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Health Care

Hospitals Ease Their Spending

CHICAGO — After a slow 2010, capital spending by nonprofit health care borrowers will likely remain low through 2015 amid a still-weak economy and the uncertain impact of the new federal health care law, according to Fitch Ratings.

Analysts also said they expect mergers and acquisitions to persist across the sector, and that they are monitoring whether other states will follow in the footsteps of Illinois, which recently stripped three hospitals of their property-tax exemptions due to insufficient charity care.

The comments follow Fitch's release last week of its 2010 median ratios report, which showed a solid operating performance year for the sector.

Liquidity ratios reached their highest levels since 2007 and profitability was unchanged from the previous year, Fitch said.

Like Standard & Poor's, Fitch maintains a stable outlook on the nonprofit hospital sector. Moody's Investors Service maintains a negative outlook.

The sector in general has struggled for the last few years from revenue and volume declines.

Hospitals across all rating categories have dealt with those pressures in part by cutting back on capital spending, according to Fitch.

"Three years ago, in 2008, capital spending was at a much higher level across all rating categories," analyst Jim LeBuhn said in a conference call Thursday. "We think spending will remain at those levels over the near term as opposed to moving back to the higher levels."

LeBuhn said he expects providers to hold down capital expenditures until 2014 or 2015, as they brace for the impact of the new federal health care law.

Median capital expenditures as a percentage of total revenue was 5.8% in 2010, down from 7.9% in 2008.

Spending declined in all ratings categories, though the biggest drop was in the BBB category.

"Capital investment in fiscal 2011 is expected to mirror fiscal 2010 levels, as organizations navigate through a sluggish national economy and the expected implementation of health care reform," analysts wrote.

At the same time — and "not surprisingly," Fitch said in the report — the median average age of a building increased to 10.2 years in 2010 from 9.8 years in 2008. It is now at the highest level since 2000, according to the report.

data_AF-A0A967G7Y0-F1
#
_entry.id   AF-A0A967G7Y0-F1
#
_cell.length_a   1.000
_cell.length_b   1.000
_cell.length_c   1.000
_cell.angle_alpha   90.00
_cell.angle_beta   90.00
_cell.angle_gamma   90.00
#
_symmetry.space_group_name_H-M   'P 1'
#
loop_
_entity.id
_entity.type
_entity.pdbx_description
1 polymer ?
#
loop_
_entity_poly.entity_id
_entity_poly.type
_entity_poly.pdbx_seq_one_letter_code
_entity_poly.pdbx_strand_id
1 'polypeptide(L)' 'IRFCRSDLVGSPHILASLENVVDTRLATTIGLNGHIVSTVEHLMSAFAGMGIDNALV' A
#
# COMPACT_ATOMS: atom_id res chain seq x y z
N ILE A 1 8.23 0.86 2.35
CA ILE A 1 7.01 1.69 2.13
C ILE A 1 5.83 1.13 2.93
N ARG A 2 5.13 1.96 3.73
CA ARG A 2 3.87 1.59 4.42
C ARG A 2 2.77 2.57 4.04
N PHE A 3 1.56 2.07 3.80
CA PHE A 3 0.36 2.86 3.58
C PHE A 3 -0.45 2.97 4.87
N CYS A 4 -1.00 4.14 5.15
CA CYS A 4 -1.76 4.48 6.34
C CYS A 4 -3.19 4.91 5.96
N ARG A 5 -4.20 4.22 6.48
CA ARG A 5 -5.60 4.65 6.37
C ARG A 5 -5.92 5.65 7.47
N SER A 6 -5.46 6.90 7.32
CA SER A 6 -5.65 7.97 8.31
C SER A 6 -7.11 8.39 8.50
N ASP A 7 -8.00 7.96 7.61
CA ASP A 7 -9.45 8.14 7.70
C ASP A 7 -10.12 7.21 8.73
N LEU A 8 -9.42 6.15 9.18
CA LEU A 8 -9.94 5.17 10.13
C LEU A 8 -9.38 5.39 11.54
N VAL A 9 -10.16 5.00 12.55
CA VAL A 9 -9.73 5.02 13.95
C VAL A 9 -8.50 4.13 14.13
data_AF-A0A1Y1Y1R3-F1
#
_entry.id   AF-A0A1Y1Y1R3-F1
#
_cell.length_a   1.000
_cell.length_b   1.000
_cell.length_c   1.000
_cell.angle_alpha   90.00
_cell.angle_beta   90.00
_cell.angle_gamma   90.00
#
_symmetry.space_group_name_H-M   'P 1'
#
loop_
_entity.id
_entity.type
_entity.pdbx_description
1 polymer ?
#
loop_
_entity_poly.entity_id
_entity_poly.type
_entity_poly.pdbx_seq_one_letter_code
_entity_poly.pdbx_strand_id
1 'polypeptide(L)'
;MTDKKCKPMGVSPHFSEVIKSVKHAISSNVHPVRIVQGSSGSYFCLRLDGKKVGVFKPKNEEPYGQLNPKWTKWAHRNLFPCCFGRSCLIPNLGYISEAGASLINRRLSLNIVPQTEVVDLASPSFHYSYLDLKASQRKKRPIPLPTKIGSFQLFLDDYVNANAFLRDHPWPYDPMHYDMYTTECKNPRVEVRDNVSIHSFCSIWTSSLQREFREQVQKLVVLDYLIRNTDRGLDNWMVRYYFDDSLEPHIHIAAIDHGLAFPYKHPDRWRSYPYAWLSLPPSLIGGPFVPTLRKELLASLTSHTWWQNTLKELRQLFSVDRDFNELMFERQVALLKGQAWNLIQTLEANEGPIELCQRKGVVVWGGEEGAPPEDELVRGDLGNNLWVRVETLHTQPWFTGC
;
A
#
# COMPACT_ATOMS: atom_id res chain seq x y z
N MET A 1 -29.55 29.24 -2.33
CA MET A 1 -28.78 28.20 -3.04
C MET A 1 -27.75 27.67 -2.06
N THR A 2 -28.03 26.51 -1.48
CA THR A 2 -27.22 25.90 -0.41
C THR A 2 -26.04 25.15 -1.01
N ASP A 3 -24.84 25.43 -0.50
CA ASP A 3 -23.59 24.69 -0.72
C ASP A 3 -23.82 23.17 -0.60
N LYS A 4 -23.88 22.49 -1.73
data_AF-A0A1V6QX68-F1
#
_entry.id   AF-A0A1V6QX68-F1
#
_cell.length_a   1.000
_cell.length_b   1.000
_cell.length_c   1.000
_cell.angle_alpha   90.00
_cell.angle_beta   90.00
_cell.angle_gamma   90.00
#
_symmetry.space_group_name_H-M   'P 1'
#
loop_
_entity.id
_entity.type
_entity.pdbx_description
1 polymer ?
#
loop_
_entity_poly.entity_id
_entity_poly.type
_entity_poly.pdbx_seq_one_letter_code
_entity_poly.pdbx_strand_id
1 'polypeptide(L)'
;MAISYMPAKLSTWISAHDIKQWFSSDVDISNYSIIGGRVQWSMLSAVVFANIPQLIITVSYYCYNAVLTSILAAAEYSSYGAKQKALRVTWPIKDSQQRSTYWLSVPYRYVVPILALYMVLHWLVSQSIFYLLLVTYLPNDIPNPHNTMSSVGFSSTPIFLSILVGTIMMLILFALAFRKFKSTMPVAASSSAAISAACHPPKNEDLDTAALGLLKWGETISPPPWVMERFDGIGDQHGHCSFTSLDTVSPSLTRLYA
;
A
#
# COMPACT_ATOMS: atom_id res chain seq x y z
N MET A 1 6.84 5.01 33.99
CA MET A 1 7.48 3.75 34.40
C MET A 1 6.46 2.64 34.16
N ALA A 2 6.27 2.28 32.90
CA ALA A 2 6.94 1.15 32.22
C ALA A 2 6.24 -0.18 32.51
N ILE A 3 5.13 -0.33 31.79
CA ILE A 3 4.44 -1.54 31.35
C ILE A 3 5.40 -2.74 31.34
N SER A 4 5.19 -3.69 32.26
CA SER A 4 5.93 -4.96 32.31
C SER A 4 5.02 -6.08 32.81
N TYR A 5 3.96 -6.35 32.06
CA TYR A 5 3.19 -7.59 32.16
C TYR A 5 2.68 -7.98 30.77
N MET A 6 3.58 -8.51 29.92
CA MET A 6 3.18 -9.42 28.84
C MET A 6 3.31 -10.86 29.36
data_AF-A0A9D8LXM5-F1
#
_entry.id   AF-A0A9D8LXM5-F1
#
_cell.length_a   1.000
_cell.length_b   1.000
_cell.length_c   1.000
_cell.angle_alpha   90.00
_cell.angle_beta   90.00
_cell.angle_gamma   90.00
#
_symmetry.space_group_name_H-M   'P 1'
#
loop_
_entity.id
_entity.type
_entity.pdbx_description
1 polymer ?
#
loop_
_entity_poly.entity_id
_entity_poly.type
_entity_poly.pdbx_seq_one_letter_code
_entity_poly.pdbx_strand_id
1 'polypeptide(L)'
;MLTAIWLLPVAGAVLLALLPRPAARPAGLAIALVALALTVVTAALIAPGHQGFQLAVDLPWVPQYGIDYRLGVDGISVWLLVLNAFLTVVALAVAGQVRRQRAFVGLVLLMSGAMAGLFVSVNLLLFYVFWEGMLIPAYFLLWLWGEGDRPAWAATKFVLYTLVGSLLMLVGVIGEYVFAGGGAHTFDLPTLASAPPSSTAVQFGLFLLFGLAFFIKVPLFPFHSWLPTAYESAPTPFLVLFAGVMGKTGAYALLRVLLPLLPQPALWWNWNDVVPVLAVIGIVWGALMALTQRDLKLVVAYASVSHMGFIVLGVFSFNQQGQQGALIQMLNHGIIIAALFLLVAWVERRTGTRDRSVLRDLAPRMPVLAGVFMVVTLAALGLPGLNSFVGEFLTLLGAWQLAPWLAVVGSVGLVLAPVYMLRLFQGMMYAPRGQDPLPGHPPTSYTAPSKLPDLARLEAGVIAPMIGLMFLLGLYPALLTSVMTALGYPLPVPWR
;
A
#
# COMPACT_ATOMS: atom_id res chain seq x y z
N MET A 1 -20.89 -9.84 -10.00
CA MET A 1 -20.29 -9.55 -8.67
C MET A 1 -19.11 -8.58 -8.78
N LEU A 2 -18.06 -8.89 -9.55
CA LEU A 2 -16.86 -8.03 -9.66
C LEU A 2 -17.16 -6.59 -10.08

Median debt burden, which Fitch measures as maximum annual debt service as a percentage of revenue, saw slight decreases for all rating categories except AA, which remained stable at 2.6%.

Median debt-service coverage improved to 3.5 times from 2.9 times, an improvement due in part to reduced capital spending.

Meanwhile, LeBuhn said Fitch is watching closely the situation in Illinois, where the state revenue department last week stripped three large hospitals of their property tax-exempt status for failing to provide adequate charity care.

Hospitals rely on the perks that come with a nonprofit status, including the ability to issue tax-exempt debt, though that is not being threatened in the Illinois case.

States are increasingly examining property tax exemptions.

The Cleveland Clinic faces a similar lawsuit that could make its way to Ohio's highest court.

"This may be the year where the budgetary pressures are strong enough that it may become a bigger issue," LeBuhn said. "Clearly state and local governments are looking for additional funding sources. … I don't think that it's something that going to go away."

Days' cash on hand, or DCOH, a key measure of a borrower's fiscal health, reached its highest level in six years in 2010, Fitch said. The median DCOH increased to 180.5 in 2010 from 166.8 in 2009. Below-investment-grade issuers also saw improvement in this area, where DCOH rose to 97.7 from 76.6 in 2009.

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